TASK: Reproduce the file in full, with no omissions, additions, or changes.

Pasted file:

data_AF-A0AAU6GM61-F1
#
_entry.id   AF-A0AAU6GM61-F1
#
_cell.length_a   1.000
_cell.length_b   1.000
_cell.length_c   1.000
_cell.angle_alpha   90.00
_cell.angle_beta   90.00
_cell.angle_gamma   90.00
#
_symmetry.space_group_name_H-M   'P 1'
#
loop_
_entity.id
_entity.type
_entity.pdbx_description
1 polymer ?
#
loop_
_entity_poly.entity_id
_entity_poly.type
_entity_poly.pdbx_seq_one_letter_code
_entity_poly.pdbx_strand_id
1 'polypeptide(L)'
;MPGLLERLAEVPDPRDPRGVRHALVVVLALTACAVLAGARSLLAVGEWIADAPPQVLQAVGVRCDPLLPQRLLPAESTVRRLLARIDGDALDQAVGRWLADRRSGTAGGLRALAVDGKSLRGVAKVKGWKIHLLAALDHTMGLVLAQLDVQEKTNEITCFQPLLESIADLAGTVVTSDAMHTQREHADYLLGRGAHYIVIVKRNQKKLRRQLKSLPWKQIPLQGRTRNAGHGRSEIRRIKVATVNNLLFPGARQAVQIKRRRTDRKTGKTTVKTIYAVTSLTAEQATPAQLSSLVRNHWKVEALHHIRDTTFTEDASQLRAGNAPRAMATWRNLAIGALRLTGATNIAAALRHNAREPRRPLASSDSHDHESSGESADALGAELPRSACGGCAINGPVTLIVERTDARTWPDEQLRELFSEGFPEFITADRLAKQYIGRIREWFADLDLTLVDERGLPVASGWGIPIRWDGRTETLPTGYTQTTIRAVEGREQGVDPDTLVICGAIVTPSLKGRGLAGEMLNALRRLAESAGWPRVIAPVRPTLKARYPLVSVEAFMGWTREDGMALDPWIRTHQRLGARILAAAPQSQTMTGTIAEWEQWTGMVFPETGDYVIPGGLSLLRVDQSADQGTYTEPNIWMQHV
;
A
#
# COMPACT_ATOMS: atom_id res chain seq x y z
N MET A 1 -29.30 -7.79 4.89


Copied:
data_AF-A0AAU6GM61-F1
#
_entry.id   AF-A0AAU6GM61-F1
#
_cell.length_a   1.000
_cell.length_b   1.000
_cell.length_c   1.000
_cell.angle_alpha   90.00
_cell.angle_beta   90.00
_cell.angle_gamma   90.00
#
_symmetry.space_group_name_H-M   'P 1'
#
loop_
_entity.id
_entity.type
_entity.pdbx_description
1 polymer ?
#
loop_
_entity_poly.entity_id
_entity_poly.type
_entity_poly.pdbx_seq_one_letter_code
_entity_poly.pdbx_strand_id
1 'polypeptide(L)'
;MPGLLERLAEVPDPRDPRGVRHALVVVLALTACAVLAGARSLLAVGEWIADAPPQVLQAVGVRCDPLLPQRLLPAESTVRRLLARIDGDALDQAVGRWLADRRSGTAGGLRALAVDGKSLRGVAKVKGWKIHLLAALDHTMGLVLAQLDVQEKTNEITCFQPLLESIADLAGTVVTSDAMHTQREHADYLLGRGAHYIVIVKRNQKKLRRQLKSLPWKQIPLQGRTRNAGHGRSEIRRIKVATVNNLLFPGARQAVQIKRRRTDRKTGKTTVKTIYAVTSLTAEQATPAQLSSLVRNHWKVEALHHIRDTTFTEDASQLRAGNAPRAMATWRNLAIGALRLTGATNIAAALRHNAREPRRPLASSDSHDHESSGESADALGAELPRSACGGCAINGPVTLIVERTDARTWPDEQLRELFSEGFPEFITADRLAKQYIGRIREWFADLDLTLVDERGLPVASGWGIPIRWDGRTETLPTGYTQTTIRAVEGREQGVDPDTLVICGAIVTPSLKGRGLAGEMLNALRRLAESAGWPRVIAPVRPTLKARYPLVSVEAFMGWTREDGMALDPWIRTHQRLGARILAAAPQSQTMTGTIAEWEQWTGMVFPETGDYVIPGGLSLLRVDQSADQGTYTEPNIWMQHV
;
A
#
# COMPACT_ATOMS: atom_id res chain seq x y z
N MET A 1 -29.30 -7.79 4.89